Some process control systems are so capable and efficient that they can become a little bit invisible, especially with the passage of time. However, after almost 20 years of service, even the most reliable controls need to be reexamined and likely upgraded.
For instance, biopharmaceutical company AbbVie split from Abbott Laboratories just four years ago, but the last controls upgrade at its facility North Chicago, Ill., was in 1999, after an early D/3 control system from NovaTech was originally installed in 1984. This long lag was largely due to the fact that, while AbbVie is the $26 billion manufacturer of Humira, it also faces stringent validation requirements that push intervals between upgrades to be much longer than in other applications.
"We needed to get our old VMS servers and Windows 2000 consoles off our network," said Tom Borkman, Ph.D., principal controls engineer at AbbVie. "This was also a corporate IT-driven initiative with engineering and operations support, and our goal was to gain the benefits of running a modern operating system, which would allow both new and experienced operators and engineers to capitalize on the capabilities of the new system while retaining their familiar interfaces and operating procedures."
AbbVie upgrade of its D/3 control system would take it from Version 9.1 all the way up to Version 15, and upgrade 1,200 I/O points and one process control module (PCM) managing 24 fermenter tanks in its product development division. The I/O upgrade on one PCM represented the first phase of a multi-year initiative to migrate I/O to NovaTech’s 8000 Series I/O platform. Borkman presented "Migrating from D/3 Version 9.1 to 15.0 and 16000 to 8000 I/O" on Sept. 19, the second day of the NovaTech Automation Summit 2017 in Baltimore, Md.
To prepare for its 2016 upgrade, Borkman and his colleagues at AbbVie shipped servers and system databases to NovaTech's facility in Owings Mills, Md., while it delivered its new operating system and PCs, and freed up added IP address space. It also sent complex C and general function programs to NoveTech for conversion. "We conducted the factory acceptance test (FAT) in Owings Mills, which included a day and a half for checking databases and three days to check and fix programs," added Borkman. "Our production area wanted a two-day turnaround, and we were able to do it because we had preconfigured servers, prepared new console PCs onsite, and had all-new system IP addresses."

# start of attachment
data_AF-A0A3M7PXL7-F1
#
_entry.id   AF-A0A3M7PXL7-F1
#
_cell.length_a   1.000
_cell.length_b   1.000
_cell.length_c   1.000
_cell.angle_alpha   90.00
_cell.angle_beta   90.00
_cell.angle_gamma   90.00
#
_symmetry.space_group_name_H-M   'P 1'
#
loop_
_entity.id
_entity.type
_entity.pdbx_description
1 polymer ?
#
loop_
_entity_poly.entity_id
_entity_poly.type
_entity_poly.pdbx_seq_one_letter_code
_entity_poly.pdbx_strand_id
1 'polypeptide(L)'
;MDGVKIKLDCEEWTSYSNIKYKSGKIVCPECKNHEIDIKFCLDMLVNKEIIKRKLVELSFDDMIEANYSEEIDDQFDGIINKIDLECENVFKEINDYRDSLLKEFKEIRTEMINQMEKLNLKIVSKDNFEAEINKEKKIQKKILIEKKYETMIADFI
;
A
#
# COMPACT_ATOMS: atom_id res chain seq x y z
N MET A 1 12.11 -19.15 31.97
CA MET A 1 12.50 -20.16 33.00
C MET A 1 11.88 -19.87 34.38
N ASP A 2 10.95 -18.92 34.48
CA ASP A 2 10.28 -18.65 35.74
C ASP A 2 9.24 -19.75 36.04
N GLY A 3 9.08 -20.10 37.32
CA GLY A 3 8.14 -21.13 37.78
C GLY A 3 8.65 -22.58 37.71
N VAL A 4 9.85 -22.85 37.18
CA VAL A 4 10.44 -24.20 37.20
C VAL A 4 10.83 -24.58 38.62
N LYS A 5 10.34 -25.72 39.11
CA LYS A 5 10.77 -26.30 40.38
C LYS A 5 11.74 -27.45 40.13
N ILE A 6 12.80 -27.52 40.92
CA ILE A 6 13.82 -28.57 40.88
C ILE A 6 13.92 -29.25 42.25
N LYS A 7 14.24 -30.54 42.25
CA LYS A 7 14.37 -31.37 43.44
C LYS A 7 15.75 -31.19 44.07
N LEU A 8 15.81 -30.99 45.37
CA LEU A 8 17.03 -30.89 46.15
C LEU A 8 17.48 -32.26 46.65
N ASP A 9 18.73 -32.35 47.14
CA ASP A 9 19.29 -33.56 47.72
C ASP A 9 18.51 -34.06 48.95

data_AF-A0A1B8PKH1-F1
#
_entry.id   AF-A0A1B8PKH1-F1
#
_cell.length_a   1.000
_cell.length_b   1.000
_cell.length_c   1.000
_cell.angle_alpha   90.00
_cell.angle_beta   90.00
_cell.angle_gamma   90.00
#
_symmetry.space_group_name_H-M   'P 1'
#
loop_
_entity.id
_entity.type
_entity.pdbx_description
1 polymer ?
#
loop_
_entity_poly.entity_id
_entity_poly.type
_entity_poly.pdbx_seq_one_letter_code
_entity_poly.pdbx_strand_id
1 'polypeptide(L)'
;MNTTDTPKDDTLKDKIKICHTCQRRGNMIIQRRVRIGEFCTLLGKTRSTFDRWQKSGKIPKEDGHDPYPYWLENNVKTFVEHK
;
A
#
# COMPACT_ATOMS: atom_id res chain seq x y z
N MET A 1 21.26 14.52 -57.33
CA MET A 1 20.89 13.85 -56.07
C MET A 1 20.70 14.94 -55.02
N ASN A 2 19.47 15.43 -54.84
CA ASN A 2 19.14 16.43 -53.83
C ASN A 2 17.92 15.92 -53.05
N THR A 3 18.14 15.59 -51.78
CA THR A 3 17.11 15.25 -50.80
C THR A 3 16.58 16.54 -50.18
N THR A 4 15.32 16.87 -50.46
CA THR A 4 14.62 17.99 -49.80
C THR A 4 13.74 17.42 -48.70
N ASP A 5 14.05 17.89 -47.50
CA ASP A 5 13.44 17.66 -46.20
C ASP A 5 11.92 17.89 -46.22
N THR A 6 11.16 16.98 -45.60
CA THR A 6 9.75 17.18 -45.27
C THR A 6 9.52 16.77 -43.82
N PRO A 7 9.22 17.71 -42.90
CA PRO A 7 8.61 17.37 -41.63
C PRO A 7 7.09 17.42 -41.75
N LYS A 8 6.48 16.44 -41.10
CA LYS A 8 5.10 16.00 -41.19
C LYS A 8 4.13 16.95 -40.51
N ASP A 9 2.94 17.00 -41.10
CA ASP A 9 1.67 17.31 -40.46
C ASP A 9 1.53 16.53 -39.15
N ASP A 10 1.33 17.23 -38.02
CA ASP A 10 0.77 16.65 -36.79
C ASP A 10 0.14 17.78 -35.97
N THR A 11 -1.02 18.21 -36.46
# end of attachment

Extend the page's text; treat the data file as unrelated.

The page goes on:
Borkman reports that AbbVie's upgrade benefited it in three primary areas:
- IT gained a cyber-secure D/3 system that substantially increased communication speed between system components.
- Engineering reduced costs by migrating existing applications; reduced configuration time with a graphical program interface; and benefited from abroad familiarity with its Microsoft Windows operating system.
- Operations gained the ability to display legacy and modern operator screens which enabled a smoother transition; achieved quick turnaround time that minimized the project's impact on production and revenues; and avoided risks due to software and hardware obsolescence.
The upgrade at AbbVie also required its staff to learn new software as they transitioned from SSD to WinSSD and from Mod to WinMod; completed individual build files in D3 Architect; adopted D3 Manager software; and replaced some C programs for creating summary reports.
"We also had some initial problems with operator console logins when PCs dropped off the domains," explained Borkman. "Servers needed to be added to the domain, and corrections needed to be added to D/3 for checking domain groups.
To upgrade its I/O system, AbbVie identified one redundant PCM, its 16000 I/O and a few Quantum Modicon I/O for migration. "We also found a lot of legacy boards and setups, and I/O boards that were not in the proper slots. We removed many I/O cards and replaced them with bridge cards," added Borkman. "As a result, for the PCM database conversion, all layout work and drawings were done in Owings Mills. We documented four-wire versus two-wire inputs; changed to Extreme Networks switches that had extra ports for future upgrades; added fans to the PCM1 style cabinets; and conducted a 100%, point-by-point inspection. We recommend starting with one PCM for testing the new I/O.
In the end, the upgrade exceeded expectations. “Some things don’t always go as planned,” added Borkman. “However, we gained more reliability and better support.”